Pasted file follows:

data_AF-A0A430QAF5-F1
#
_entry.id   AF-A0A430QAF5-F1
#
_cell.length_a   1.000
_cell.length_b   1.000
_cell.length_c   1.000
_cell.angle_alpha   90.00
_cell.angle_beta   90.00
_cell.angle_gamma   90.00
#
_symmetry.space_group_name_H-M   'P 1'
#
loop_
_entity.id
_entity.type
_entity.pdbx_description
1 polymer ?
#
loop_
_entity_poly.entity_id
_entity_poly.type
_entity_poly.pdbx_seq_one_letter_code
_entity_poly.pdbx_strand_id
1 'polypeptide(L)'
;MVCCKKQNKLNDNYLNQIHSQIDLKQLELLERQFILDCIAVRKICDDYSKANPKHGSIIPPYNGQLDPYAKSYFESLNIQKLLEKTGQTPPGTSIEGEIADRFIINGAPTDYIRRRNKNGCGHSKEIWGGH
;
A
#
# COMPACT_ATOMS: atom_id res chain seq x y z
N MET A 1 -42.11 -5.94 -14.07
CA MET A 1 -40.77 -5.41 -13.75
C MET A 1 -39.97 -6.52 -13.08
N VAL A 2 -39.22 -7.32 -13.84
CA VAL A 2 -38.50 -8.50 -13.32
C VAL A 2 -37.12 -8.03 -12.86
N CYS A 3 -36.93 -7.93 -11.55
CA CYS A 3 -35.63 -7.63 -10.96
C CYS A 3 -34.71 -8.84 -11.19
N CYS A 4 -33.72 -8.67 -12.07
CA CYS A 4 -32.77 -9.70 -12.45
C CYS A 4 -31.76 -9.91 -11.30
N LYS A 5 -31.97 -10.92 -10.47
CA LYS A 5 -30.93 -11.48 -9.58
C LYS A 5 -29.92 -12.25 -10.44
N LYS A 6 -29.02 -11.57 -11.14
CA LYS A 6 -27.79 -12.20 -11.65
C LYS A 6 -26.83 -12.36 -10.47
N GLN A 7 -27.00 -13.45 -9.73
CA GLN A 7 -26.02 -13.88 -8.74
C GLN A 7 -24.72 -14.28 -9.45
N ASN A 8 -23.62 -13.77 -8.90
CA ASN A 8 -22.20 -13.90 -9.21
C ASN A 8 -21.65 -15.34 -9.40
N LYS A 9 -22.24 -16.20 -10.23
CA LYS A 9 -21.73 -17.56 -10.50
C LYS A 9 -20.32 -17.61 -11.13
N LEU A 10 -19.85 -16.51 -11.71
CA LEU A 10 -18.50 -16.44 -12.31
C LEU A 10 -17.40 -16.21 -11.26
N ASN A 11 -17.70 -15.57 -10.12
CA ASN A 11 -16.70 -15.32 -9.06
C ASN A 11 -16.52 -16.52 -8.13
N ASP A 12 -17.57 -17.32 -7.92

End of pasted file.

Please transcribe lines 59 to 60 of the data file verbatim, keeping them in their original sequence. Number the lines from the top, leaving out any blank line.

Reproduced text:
CA LEU A 10 -18.50 -16.44 -12.31
C LEU A 10 -17.40 -16.21 -11.26